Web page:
The Department of Education says it has made significant preparations for when more learners can return to school on July 6.
According to the department, valuable lessons have also been learned from the gradual return of learners so far. Gr. 12 and gr. 7 learners returned to class earlier this month.
Dr. Regniah Mhaule, Deputy Minister of Basic Education, told parliament that every effort was made to accommodate as many learners as possible next week. The department informed Parliament on Tuesday of its preparations for the further gradual return of learners.
Another group of learners return next week, but the department says no one will be forced to report to the school in the midst of the Covid-19 pandemic.
“The plans are adaptable in light of the increase in the infection rate in communities. We also have to keep in mind the capacity of the health care system to handle a sudden increase in cases, ”Mathanzima Mweli, director general of the department, told MPs.
The department’s plan entails that only half of the learners are at school at a specific time to ensure social distance enforcement.
Mweli says there are several options for parents who prefer not to send their children back to school at this stage. They can register for homeschooling or enroll children in an online learning program. Mweli says learners can also still be registered with the school, while parents upload and download schoolwork at school.
According to him, schools and parents should work together in time to ensure no child is “left behind”.
Mweli says school nutrition schemes are another reason why schools have been reopened and that through these programs, learners have access to meals they have not had so far during the isolation period. “There was no access to the schemes while the schools were closed. Now we have expanded the program even further to learners who are not yet back at school. We have arranged for them to collect food parcels from school in the future. ”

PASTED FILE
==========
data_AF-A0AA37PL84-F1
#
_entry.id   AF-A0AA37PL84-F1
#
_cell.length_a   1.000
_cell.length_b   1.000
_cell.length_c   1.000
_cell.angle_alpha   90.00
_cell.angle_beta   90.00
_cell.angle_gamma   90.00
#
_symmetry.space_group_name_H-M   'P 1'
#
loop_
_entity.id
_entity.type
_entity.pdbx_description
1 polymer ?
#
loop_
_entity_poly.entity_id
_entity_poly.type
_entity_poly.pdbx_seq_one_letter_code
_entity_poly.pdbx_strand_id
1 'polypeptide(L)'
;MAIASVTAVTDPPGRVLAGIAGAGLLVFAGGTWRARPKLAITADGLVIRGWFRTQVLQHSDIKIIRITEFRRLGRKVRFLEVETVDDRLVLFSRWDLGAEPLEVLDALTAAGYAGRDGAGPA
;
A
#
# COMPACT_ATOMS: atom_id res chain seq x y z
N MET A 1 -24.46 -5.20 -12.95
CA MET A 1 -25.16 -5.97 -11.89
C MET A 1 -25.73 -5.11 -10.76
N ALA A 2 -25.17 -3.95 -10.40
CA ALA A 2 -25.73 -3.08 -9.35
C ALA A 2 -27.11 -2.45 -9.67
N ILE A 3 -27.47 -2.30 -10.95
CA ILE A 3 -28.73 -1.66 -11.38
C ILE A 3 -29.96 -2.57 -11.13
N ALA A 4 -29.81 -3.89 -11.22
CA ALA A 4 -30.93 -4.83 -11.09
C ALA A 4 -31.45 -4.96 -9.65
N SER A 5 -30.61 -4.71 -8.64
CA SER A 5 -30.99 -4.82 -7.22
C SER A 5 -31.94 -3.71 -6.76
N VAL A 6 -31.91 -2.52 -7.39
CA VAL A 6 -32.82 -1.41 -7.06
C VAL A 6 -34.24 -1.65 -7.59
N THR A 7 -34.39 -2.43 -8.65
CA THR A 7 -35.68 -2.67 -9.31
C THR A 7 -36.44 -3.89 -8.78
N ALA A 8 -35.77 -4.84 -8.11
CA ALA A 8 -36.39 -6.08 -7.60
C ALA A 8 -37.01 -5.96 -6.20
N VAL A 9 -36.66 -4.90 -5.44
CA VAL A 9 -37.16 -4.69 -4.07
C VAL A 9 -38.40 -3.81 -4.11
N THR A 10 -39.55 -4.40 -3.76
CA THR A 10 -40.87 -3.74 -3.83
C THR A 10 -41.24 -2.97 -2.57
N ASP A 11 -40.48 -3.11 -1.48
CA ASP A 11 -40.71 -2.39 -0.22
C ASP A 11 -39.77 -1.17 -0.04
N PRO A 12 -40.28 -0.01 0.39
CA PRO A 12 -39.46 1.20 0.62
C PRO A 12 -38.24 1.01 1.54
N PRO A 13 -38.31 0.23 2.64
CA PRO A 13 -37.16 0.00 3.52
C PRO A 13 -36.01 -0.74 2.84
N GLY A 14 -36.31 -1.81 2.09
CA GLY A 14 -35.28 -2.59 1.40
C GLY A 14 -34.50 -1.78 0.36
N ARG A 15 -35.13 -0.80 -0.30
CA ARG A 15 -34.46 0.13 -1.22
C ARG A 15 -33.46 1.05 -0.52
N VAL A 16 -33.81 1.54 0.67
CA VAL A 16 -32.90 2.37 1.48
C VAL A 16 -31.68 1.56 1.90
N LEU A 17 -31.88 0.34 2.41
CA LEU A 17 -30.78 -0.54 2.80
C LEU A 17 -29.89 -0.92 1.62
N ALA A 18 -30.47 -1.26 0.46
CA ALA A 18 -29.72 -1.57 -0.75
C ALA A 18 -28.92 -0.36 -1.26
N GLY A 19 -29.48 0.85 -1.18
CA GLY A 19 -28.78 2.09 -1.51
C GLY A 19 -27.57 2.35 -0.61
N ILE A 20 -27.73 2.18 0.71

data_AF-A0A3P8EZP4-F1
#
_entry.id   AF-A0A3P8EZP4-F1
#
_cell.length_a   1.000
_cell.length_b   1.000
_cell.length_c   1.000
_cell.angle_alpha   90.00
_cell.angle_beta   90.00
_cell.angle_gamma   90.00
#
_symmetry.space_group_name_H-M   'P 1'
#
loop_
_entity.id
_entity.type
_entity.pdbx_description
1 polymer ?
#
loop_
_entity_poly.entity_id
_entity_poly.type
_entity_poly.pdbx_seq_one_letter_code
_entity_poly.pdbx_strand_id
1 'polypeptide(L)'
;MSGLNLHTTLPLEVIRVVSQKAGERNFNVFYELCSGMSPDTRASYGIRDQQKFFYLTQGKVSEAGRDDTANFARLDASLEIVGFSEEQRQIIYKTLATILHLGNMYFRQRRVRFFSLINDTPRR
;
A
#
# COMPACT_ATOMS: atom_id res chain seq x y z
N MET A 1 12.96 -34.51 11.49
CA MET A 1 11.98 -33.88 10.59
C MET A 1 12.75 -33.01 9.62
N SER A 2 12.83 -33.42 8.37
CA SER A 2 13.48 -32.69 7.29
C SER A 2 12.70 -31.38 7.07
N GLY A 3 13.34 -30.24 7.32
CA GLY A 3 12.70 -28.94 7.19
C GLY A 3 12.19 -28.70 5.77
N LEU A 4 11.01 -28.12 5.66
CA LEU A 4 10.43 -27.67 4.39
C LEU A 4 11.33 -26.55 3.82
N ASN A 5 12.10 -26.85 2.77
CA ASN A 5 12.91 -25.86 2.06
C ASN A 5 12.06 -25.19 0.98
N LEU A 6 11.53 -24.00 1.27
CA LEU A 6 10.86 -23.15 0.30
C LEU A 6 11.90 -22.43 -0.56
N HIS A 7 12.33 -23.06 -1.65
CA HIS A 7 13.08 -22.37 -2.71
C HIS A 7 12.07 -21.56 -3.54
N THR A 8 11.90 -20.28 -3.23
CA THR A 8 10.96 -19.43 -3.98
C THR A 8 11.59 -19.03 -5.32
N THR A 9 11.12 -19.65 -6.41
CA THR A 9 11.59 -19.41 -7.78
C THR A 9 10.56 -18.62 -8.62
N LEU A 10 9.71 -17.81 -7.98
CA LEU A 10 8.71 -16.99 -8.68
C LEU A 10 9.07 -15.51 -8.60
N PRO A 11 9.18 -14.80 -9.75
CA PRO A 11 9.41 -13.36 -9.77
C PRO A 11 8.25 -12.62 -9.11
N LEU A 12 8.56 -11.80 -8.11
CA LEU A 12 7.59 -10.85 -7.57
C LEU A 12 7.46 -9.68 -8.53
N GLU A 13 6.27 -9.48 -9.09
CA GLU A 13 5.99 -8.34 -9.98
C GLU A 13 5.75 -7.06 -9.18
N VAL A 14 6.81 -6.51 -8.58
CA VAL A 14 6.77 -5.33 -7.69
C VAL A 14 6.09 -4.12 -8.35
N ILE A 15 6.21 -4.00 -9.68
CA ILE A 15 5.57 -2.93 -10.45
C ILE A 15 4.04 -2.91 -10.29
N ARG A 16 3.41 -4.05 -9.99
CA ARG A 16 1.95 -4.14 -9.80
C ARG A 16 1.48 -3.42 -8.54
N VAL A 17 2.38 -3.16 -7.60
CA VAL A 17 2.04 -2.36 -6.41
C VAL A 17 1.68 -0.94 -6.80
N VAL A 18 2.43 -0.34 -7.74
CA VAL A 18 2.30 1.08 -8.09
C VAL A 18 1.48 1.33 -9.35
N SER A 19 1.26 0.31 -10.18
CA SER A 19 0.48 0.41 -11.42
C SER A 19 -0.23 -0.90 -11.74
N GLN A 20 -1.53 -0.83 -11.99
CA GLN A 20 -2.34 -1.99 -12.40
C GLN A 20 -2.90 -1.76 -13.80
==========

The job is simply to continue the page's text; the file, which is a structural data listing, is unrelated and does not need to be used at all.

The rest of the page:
Covid-19 essentials such as masks, gloves, disposable aprons and detergents and disinfectants were also made available to those running the programs.
“The nutrition schemes for Gr. 7- and gr. 12 learners have already successfully resumed in most provinces. Plans have also been made to provide food to learners who have not yet returned to school. ”
Some of the different possibilities include that food is served to learners at different times, that pre-prepared meals or food parcels can be collected at school, or that food parcels can be collected at other collection points than at school.
Meals for learners who have not yet returned to school are expected to be provided from June 22.
Mweli also denied on Tuesday that some water tanks erected at schools amounted to R170 000 per tank. Social media reports about the significant cost of the tanks had spread like wildfire earlier. He says he has no idea where those allegations came from. According to Mweli, the tanks that appear in the social media messages are not the same type as the department uses.
As part of an agreement with the Department of Water and Sanitation, Rand Water paid Rand R200 million to supply water tanks.
According to Mweli, some of the tankers that have to deliver water to schools have been hijacked by residents who do not have access to water themselves.
“We have great sympathy for the need for water among people, but we urge people to allow water to be delivered to schools so that we can continue to fight the new coronavirus at schools.”
The Minister of Basic Education, Angie Motshekga, has already addressed the issue with Pres. Cyril Ramaphosa incorporated in an effort to find a solution to the ongoing water problems in many communities.
The parliamentary committees praised the department’s preparations, but also expressed concern about the number of learners and teachers who have already tested positive for Covid-19.
As part of their parliamentary oversight role, the committee members will monitor the situation at schools and ensure that all provisions are adhered to.